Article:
The rapid pace of rate hikes coupled with evolving rhetoric from the Fed have roiled the bond markets this year. And comments like, “Nobody knows whether this process will lead to a recession,” coming from the Fed Chair last week don’t help, even though he sounded reasonable and truthful (would investors rather he lied?). Nonetheless, it freaked investors out. The Bloomberg Barclays Bond Index, sort of like the S&P 500 for the bond market, declined a bit further and is down almost 14% this year, something very rare for bonds.
These gyrations have led to inversions within the yield curve, an important indicator that we’ve discussed before. These inversions steepened last week.
For example, as I write you can buy a US Treasury maturing in two years and earn an annual rate of 4.26%. If you bought a 10yr bond you’d earn 3.85%. That lower yield on a longer bond (the inversion) doesn’t ordinarily exist and is said to be a strong indicator of a looming recession. And for many investors the difference being relatively large cements recession expectations.
NPR had a good article (with audio, about 4 minutes) discussing the bond market this year. Give it a listen for a straightforward reminder of how bonds work and why, even amid all the chaos, they’re still good to own.
Consumers are facing challenges but it’s not all bad. Inflation is high but some prices, such as for gasoline, have been falling. Last week the AAA national average price for gas ended its especially long run of 98 days of declines. This next chart from Bespoke shows what a wild ride it’s been for gas prices this year.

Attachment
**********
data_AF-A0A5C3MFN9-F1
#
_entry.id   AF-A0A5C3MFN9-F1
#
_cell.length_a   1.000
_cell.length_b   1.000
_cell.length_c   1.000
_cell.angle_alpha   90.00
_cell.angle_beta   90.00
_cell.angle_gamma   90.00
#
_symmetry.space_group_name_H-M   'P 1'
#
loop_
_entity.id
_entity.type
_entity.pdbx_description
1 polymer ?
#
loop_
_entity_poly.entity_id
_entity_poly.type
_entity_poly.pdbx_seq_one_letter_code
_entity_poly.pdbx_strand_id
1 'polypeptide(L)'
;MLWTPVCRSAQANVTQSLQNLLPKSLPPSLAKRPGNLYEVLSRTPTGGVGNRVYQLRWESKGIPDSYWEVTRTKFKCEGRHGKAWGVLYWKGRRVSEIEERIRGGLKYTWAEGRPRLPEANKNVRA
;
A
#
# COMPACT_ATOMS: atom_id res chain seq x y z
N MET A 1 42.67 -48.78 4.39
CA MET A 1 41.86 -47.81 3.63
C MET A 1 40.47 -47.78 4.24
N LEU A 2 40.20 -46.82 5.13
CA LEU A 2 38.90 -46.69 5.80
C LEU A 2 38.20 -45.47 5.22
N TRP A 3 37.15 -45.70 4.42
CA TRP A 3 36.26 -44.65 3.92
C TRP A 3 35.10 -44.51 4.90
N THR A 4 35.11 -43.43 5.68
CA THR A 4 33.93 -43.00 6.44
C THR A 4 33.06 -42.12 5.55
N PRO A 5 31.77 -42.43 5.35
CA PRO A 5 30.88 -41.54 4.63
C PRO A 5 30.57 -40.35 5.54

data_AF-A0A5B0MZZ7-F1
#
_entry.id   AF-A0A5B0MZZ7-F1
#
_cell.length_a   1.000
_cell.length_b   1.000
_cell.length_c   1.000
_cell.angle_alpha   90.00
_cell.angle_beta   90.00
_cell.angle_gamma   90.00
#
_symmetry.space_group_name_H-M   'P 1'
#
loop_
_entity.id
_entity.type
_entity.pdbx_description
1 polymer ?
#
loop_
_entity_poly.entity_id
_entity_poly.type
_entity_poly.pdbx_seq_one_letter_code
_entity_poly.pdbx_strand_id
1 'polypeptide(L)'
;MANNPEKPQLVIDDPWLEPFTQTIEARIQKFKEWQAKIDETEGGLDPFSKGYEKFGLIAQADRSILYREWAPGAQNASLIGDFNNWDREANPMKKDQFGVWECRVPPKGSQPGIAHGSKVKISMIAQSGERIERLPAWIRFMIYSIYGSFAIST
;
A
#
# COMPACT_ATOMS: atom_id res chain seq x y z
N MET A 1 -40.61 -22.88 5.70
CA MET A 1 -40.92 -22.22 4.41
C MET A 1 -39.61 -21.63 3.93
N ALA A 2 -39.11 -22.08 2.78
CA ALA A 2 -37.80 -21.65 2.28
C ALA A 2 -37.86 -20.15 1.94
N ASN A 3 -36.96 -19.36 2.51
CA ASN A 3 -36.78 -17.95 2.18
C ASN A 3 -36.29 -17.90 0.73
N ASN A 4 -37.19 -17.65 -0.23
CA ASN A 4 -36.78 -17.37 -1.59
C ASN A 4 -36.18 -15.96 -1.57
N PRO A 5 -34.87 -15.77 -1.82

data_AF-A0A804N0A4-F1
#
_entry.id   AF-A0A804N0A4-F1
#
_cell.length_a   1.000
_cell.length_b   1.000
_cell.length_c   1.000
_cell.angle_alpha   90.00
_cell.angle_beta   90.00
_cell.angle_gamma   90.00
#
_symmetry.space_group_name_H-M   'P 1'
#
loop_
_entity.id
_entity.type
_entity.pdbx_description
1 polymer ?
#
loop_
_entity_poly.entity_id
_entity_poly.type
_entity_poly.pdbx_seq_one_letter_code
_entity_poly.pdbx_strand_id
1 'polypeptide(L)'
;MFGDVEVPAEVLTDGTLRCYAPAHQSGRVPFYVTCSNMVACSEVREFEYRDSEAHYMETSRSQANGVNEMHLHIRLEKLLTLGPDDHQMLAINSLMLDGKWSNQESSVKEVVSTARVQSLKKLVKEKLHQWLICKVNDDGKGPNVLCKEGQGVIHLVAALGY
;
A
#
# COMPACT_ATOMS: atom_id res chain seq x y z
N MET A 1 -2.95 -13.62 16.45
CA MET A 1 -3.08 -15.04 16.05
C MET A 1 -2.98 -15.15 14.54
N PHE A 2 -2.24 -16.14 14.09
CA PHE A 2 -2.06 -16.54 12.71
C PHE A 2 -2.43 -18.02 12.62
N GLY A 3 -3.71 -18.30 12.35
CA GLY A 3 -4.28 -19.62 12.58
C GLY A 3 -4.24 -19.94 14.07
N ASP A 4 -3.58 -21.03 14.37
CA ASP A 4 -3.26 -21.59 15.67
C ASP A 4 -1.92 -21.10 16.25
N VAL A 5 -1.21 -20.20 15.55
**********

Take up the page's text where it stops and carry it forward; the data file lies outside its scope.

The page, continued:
Gasoline is a relatively small component of the CPI inflation measure, but it’s psychologically important for consumers, with lower prices usually being a boon for confidence. But not lately. Maybe that’s because compared to last year gas prices are still about 26% higher and housing costs, a larger portion of CPI, are up with no near-term signs of slowing. On the positive side, consumers and investors are holding a large amount of cash measured in the trillions. This lessens the impact of inflation for most people and provides money to invest when, and not if, sentiment finally turns positive.
So what are you supposed to do with your investments in this sort of environment? In all seriousness, hang on for dear life. We’ve been through a lot of rockiness and there may still be more to come. Your investments have been taking a beating, but their prices will recover.
Remember that the thousands of stocks represented in your diversified portfolio are actual companies that are still in business. They were today and they will be tomorrow. And the bonds are issued by entities like the US Treasury, high-quality corporations, and perhaps states and municipalities. The vast majority of these bond issuers will continue to pay interest on schedule. The share price of the stocks and bonds has fallen, mostly because it’s too hard to price them amid all the uncertainty, but their fundamental, long-term value remains.
Focus on structural issues like investment quality, cost, and rebalancing. The latter has been challenging this year for a variety of reasons, but the process still works and the discipline still adds value.
The other thing to do: Ask questions. Don’t let them fester. You’re likely in better financial shape than you realize, or than it seems from watching the news, so try not to let anxiety get the better of you.
Here are a couple links to Bespoke’s work if you’d like to check out their research.
Have questions? Ask me. I can help.